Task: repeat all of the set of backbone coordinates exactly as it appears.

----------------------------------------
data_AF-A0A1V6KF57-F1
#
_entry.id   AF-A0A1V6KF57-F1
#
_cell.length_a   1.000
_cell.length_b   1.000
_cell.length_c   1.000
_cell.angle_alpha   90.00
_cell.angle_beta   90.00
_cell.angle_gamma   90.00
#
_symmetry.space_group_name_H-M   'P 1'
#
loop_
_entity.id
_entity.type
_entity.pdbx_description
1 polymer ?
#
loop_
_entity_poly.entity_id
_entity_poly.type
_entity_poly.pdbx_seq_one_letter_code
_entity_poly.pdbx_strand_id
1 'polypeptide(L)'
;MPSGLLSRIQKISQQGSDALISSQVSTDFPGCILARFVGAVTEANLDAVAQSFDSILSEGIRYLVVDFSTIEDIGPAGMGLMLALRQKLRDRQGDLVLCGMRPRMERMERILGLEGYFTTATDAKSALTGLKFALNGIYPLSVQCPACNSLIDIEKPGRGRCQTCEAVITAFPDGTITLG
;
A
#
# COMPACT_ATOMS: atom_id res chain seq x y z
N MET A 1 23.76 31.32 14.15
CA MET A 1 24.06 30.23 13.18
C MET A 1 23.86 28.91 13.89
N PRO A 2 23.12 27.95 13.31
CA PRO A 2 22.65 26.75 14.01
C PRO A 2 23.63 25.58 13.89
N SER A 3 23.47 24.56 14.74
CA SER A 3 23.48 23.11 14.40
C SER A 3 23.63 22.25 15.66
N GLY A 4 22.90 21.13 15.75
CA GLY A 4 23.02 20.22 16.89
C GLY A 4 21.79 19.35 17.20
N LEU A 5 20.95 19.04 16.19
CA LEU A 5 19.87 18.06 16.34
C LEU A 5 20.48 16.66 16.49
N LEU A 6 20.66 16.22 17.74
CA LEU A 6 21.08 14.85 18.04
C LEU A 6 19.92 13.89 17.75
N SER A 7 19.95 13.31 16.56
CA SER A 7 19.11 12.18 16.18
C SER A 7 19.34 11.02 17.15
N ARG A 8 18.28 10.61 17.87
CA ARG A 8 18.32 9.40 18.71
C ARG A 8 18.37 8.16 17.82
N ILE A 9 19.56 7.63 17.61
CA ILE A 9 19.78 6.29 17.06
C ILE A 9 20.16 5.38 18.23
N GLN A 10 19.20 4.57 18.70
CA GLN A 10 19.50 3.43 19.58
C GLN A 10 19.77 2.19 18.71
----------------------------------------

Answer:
data_AF-A0A1V6KF57-F1
#
_entry.id   AF-A0A1V6KF57-F1
#
_cell.length_a   1.000
_cell.length_b   1.000
_cell.length_c   1.000
_cell.angle_alpha   90.00
_cell.angle_beta   90.00
_cell.angle_gamma   90.00
#
_symmetry.space_group_name_H-M   'P 1'
#
loop_
_entity.id
_entity.type
_entity.pdbx_description
1 polymer ?
#
loop_
_entity_poly.entity_id
_entity_poly.type
_entity_poly.pdbx_seq_one_letter_code
_entity_poly.pdbx_strand_id
1 'polypeptide(L)'
;MPSGLLSRIQKISQQGSDALISSQVSTDFPGCILARFVGAVTEANLDAVAQSFDSILSEGIRYLVVDFSTIEDIGPAGMGLMLALRQKLRDRQGDLVLCGMRPRMERMERILGLEGYFTTATDAKSALTGLKFALNGIYPLSVQCPACNSLIDIEKPGRGRCQTCEAVITAFPDGTITLG
;
A
#
# COMPACT_ATOMS: atom_id res chain seq x y z
N MET A 1 23.76 31.32 14.15
CA MET A 1 24.06 30.23 13.18
C MET A 1 23.86 28.91 13.89
N PRO A 2 23.12 27.95 13.31
CA PRO A 2 22.65 26.75 14.01
C PRO A 2 23.63 25.58 13.89
N SER A 3 23.47 24.56 14.74
CA SER A 3 23.48 23.11 14.40
C SER A 3 23.63 22.25 15.66
N GLY A 4 22.90 21.13 15.75
CA GLY A 4 23.02 20.22 16.89
C GLY A 4 21.79 19.35 17.20
N LEU A 5 20.95 19.04 16.19
CA LEU A 5 19.87 18.06 16.34
C LEU A 5 20.48 16.66 16.49
N LEU A 6 20.66 16.22 17.74
CA LEU A 6 21.08 14.85 18.04
C LEU A 6 19.92 13.89 17.75
N SER A 7 19.95 13.31 16.56
CA SER A 7 19.11 12.18 16.18
C SER A 7 19.34 11.02 17.15
N ARG A 8 18.28 10.61 17.87
CA ARG A 8 18.32 9.40 18.71
C ARG A 8 18.37 8.16 17.82
N ILE A 9 19.56 7.63 17.61
CA ILE A 9 19.78 6.29 17.06
C ILE A 9 20.16 5.38 18.23
N GLN A 10 19.20 4.57 18.70
CA GLN A 10 19.50 3.43 19.58
C GLN A 10 19.77 2.19 18.71